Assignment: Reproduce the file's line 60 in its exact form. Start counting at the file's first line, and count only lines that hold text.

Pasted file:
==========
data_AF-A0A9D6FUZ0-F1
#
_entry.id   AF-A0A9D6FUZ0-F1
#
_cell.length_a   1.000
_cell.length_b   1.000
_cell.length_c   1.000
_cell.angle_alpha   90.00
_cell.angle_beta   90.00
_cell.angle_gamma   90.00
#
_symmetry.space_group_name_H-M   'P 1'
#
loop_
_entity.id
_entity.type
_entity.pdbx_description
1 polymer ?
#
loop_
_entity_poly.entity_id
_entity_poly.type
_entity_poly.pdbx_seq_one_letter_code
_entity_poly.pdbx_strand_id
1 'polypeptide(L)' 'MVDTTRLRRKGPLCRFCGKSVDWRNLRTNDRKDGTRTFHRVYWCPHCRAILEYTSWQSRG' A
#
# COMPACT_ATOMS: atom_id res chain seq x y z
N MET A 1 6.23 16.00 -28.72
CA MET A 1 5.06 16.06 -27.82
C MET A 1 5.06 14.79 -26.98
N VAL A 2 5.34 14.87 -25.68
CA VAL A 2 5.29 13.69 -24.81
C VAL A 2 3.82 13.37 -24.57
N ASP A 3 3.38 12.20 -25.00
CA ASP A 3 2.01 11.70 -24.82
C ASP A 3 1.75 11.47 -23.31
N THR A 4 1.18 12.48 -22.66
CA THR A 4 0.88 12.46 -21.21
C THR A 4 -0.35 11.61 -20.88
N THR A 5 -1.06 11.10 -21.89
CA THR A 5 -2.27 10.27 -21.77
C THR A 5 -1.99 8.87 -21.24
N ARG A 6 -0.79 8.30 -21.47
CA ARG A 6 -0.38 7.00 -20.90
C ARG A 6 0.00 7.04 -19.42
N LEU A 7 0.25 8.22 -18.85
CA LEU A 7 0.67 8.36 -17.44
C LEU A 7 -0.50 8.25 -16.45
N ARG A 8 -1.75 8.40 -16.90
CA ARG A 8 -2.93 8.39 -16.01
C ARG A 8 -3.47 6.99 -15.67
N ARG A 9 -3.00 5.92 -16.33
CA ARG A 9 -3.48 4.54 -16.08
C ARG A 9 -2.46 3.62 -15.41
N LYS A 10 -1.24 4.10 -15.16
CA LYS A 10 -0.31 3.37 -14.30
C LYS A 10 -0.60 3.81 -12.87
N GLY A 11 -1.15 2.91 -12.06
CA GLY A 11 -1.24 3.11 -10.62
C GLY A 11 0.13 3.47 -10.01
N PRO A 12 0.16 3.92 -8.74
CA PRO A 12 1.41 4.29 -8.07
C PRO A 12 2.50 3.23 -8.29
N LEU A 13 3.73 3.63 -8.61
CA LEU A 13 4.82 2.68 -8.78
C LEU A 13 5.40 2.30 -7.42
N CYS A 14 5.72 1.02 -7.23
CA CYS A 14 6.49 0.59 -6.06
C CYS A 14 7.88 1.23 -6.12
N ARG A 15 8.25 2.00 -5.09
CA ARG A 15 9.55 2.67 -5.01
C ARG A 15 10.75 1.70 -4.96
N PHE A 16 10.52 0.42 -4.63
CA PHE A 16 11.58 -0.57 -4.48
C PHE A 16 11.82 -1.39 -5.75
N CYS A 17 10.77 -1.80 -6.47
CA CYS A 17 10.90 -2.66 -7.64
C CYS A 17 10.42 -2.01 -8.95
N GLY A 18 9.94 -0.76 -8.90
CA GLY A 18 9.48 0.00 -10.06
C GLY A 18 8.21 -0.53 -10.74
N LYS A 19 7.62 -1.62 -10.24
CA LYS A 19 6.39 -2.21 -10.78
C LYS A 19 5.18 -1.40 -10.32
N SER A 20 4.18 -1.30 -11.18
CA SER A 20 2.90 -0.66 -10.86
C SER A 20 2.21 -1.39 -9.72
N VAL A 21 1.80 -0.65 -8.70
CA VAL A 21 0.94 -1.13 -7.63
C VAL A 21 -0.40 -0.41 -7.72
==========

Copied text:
C GLY A 11 0.13 3.47 -10.01